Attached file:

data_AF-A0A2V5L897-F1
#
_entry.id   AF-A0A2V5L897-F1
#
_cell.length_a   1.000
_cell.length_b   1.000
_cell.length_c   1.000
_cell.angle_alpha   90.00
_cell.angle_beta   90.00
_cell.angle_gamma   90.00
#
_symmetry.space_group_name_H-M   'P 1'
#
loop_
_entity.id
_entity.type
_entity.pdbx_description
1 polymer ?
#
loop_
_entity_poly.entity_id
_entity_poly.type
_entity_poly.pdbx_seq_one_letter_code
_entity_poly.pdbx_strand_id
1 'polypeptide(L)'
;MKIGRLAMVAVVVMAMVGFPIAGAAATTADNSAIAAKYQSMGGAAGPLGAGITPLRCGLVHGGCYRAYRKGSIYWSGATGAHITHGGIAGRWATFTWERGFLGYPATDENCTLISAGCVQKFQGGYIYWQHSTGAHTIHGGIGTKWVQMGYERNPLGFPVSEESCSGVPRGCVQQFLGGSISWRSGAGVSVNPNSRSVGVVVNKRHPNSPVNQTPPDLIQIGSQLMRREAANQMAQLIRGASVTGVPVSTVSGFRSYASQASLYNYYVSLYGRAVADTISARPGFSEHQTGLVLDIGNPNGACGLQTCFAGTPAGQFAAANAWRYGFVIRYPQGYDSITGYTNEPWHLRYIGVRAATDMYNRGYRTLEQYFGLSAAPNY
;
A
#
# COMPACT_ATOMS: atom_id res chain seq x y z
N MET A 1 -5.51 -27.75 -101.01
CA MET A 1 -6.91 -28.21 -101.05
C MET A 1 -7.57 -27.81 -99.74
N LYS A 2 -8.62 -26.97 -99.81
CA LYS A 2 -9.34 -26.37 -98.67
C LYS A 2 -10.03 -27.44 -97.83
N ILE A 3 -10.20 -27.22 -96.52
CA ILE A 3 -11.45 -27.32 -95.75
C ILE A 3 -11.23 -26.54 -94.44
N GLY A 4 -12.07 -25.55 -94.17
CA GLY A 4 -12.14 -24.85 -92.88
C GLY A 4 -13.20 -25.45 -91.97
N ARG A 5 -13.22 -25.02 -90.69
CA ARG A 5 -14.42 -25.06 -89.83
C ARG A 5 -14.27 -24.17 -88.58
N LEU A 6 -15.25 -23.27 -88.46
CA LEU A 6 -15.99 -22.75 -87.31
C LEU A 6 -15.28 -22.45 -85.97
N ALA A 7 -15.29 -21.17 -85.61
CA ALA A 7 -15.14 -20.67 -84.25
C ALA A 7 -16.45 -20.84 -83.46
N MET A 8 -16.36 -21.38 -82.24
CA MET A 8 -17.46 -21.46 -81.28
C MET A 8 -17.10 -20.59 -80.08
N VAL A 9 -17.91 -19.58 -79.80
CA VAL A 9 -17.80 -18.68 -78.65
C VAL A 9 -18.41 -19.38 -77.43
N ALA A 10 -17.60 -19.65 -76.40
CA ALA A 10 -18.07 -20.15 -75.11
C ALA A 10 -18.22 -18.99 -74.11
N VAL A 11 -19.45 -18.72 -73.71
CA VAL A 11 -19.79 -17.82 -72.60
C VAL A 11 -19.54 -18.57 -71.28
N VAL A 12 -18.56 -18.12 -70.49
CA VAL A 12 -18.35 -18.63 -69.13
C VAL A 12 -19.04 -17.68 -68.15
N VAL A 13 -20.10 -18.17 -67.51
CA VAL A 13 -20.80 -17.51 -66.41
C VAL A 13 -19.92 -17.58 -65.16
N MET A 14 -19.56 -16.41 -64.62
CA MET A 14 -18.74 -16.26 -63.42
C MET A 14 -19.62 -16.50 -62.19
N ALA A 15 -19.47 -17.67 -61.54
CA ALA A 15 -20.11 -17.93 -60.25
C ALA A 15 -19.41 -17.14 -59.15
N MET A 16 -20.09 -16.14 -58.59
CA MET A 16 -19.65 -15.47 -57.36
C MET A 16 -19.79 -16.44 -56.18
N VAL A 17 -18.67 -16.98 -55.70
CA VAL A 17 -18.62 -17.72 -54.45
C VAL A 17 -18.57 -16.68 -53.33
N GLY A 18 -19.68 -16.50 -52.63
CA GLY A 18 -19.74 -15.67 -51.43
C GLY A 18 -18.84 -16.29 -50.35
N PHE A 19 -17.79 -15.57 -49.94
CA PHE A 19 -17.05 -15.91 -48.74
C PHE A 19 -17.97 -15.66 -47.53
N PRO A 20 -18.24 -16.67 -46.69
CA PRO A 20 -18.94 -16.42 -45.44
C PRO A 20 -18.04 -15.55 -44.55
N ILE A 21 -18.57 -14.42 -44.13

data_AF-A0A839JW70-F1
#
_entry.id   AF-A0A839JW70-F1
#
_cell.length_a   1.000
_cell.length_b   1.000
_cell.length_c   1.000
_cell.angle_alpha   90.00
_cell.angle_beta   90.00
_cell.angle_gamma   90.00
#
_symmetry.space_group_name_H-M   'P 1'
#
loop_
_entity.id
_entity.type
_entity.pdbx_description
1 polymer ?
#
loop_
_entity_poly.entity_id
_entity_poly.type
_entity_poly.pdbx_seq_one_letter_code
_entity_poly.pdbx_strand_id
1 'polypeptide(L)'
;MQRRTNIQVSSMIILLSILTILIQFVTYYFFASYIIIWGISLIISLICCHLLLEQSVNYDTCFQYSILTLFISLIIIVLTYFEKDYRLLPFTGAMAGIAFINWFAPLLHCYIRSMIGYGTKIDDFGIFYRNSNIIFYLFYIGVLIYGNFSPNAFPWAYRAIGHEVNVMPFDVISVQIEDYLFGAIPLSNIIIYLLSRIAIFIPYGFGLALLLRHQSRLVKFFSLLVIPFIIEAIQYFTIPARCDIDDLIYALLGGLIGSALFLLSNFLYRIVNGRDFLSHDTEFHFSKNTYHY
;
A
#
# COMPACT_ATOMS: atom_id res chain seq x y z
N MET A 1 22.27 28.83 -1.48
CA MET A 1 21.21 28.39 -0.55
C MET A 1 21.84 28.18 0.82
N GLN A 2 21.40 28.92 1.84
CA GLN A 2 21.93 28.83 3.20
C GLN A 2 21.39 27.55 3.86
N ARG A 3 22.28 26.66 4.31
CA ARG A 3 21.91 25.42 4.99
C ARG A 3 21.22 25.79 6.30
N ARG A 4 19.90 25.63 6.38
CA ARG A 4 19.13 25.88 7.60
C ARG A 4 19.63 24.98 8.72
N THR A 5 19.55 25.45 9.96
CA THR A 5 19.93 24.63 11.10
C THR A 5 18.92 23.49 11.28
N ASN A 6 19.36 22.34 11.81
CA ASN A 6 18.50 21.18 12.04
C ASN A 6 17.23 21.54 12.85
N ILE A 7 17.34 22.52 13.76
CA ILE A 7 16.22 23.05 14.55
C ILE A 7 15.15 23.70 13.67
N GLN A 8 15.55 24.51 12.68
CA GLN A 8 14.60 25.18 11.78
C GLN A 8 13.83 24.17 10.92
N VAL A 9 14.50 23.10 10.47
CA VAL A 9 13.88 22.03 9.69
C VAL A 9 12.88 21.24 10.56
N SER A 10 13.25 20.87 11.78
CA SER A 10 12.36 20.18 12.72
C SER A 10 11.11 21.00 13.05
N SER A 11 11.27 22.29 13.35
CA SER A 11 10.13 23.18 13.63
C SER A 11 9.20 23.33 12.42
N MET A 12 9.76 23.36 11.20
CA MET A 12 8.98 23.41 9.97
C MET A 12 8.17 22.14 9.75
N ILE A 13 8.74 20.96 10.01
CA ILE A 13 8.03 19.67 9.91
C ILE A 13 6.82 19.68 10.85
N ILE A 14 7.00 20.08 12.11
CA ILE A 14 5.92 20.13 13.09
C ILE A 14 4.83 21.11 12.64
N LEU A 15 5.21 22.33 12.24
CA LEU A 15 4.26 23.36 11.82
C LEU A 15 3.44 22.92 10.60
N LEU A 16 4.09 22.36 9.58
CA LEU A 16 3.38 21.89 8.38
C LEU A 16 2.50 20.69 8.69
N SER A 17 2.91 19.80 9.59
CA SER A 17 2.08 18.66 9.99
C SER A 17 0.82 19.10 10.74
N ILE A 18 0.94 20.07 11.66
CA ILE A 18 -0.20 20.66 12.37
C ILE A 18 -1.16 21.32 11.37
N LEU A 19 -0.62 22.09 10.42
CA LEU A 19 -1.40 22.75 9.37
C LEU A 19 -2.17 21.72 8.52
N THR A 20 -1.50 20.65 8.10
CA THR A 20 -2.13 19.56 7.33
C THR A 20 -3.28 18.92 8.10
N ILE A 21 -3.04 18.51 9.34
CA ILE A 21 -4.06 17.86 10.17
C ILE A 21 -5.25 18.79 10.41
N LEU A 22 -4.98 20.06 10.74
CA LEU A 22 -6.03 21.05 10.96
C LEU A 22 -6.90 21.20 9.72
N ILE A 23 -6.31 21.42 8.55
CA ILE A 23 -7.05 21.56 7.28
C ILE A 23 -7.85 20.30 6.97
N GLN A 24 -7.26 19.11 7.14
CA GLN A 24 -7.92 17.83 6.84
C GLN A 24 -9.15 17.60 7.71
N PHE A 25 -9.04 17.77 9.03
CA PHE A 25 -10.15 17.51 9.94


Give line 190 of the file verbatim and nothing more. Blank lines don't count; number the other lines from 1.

C ILE A 23 -7.85 20.30 6.97